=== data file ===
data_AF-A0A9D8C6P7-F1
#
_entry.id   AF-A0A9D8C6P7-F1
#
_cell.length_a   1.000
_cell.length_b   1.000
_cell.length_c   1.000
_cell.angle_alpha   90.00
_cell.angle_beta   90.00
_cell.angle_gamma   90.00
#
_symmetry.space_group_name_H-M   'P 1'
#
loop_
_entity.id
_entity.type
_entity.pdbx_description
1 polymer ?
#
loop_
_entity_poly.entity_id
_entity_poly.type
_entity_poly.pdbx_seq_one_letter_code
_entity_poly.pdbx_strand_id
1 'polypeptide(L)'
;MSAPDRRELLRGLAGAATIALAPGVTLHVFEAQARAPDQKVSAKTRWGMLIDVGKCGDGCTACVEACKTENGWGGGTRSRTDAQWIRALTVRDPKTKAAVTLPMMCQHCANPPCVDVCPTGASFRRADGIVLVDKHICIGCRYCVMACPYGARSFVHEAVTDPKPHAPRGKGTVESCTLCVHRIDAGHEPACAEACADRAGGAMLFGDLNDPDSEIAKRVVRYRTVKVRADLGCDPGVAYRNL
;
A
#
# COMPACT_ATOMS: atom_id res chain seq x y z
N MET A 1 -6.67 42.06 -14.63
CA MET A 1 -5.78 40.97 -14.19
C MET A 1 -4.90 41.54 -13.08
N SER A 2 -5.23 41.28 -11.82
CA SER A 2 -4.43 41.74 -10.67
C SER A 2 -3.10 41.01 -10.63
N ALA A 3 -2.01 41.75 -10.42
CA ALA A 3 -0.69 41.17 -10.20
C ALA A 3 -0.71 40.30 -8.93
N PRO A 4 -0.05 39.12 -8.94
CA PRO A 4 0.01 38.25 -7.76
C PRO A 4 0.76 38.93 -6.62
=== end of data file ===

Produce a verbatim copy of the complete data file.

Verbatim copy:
data_AF-A0A9D8C6P7-F1
#
_entry.id   AF-A0A9D8C6P7-F1
#
_cell.length_a   1.000
_cell.length_b   1.000
_cell.length_c   1.000
_cell.angle_alpha   90.00
_cell.angle_beta   90.00
_cell.angle_gamma   90.00
#
_symmetry.space_group_name_H-M   'P 1'
#
loop_
_entity.id
_entity.type
_entity.pdbx_description
1 polymer ?
#
loop_
_entity_poly.entity_id
_entity_poly.type
_entity_poly.pdbx_seq_one_letter_code
_entity_poly.pdbx_strand_id
1 'polypeptide(L)'
;MSAPDRRELLRGLAGAATIALAPGVTLHVFEAQARAPDQKVSAKTRWGMLIDVGKCGDGCTACVEACKTENGWGGGTRSRTDAQWIRALTVRDPKTKAAVTLPMMCQHCANPPCVDVCPTGASFRRADGIVLVDKHICIGCRYCVMACPYGARSFVHEAVTDPKPHAPRGKGTVESCTLCVHRIDAGHEPACAEACADRAGGAMLFGDLNDPDSEIAKRVVRYRTVKVRADLGCDPGVAYRNL
;
A
#
# COMPACT_ATOMS: atom_id res chain seq x y z
N MET A 1 -6.67 42.06 -14.63
CA MET A 1 -5.78 40.97 -14.19
C MET A 1 -4.90 41.54 -13.08
N SER A 2 -5.23 41.28 -11.82
CA SER A 2 -4.43 41.74 -10.67
C SER A 2 -3.10 41.01 -10.63
N ALA A 3 -2.01 41.75 -10.42
CA ALA A 3 -0.69 41.17 -10.20
C ALA A 3 -0.71 40.30 -8.93
N PRO A 4 -0.05 39.12 -8.94
CA PRO A 4 0.01 38.25 -7.76
C PRO A 4 0.76 38.93 -6.62